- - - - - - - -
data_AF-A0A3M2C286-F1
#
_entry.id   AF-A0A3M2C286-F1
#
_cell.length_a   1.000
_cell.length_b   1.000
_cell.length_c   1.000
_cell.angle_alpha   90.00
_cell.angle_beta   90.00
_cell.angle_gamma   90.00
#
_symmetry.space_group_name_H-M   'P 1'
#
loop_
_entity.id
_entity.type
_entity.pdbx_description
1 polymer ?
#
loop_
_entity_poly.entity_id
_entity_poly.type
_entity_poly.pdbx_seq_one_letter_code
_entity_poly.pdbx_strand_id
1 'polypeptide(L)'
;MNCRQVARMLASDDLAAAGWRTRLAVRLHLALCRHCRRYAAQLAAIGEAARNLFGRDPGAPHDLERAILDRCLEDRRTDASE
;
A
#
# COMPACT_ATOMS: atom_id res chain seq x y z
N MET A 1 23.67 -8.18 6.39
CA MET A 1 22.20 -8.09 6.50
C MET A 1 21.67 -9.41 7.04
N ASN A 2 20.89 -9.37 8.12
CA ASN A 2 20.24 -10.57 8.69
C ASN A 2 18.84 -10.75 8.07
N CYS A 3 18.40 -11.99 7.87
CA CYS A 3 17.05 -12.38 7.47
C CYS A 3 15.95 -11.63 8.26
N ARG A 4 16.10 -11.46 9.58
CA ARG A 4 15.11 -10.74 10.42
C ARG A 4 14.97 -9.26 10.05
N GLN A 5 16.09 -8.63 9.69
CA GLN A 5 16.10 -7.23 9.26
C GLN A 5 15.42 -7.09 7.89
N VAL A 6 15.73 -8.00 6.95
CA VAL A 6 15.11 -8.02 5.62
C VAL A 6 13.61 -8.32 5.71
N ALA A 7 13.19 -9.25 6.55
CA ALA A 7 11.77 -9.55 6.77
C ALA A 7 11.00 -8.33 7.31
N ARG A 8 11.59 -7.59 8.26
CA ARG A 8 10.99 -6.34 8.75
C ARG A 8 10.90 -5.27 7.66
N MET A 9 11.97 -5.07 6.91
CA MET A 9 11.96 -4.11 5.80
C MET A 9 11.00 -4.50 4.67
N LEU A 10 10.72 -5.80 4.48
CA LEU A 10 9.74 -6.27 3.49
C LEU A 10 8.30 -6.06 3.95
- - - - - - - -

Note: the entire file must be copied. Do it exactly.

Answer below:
data_AF-A0A3M2C286-F1
#
_entry.id   AF-A0A3M2C286-F1
#
_cell.length_a   1.000
_cell.length_b   1.000
_cell.length_c   1.000
_cell.angle_alpha   90.00
_cell.angle_beta   90.00
_cell.angle_gamma   90.00
#
_symmetry.space_group_name_H-M   'P 1'
#
loop_
_entity.id
_entity.type
_entity.pdbx_description
1 polymer ?
#
loop_
_entity_poly.entity_id
_entity_poly.type
_entity_poly.pdbx_seq_one_letter_code
_entity_poly.pdbx_strand_id
1 'polypeptide(L)'
;MNCRQVARMLASDDLAAAGWRTRLAVRLHLALCRHCRRYAAQLAAIGEAARNLFGRDPGAPHDLERAILDRCLEDRRTDASE
;
A
#
# COMPACT_ATOMS: atom_id res chain seq x y z
N MET A 1 23.67 -8.18 6.39
CA MET A 1 22.20 -8.09 6.50
C MET A 1 21.67 -9.41 7.04
N ASN A 2 20.89 -9.37 8.12
CA ASN A 2 20.24 -10.57 8.69
C ASN A 2 18.84 -10.75 8.07
N CYS A 3 18.40 -11.99 7.87
CA CYS A 3 17.05 -12.38 7.47
C CYS A 3 15.95 -11.63 8.26
N ARG A 4 16.10 -11.46 9.58
CA ARG A 4 15.11 -10.74 10.42
C ARG A 4 14.97 -9.26 10.05
N GLN A 5 16.09 -8.63 9.69
CA GLN A 5 16.10 -7.23 9.26
C GLN A 5 15.42 -7.09 7.89
N VAL A 6 15.73 -8.00 6.95
CA VAL A 6 15.11 -8.02 5.62
C VAL A 6 13.61 -8.32 5.71
N ALA A 7 13.19 -9.25 6.55
CA ALA A 7 11.77 -9.55 6.77
C ALA A 7 11.00 -8.33 7.31
N ARG A 8 11.59 -7.59 8.26
CA ARG A 8 10.99 -6.34 8.75
C ARG A 8 10.90 -5.27 7.66
N MET A 9 11.97 -5.07 6.91
CA MET A 9 11.96 -4.11 5.80
C MET A 9 11.00 -4.50 4.67
N LEU A 10 10.72 -5.80 4.48
CA LEU A 10 9.74 -6.27 3.49
C LEU A 10 8.30 -6.06 3.95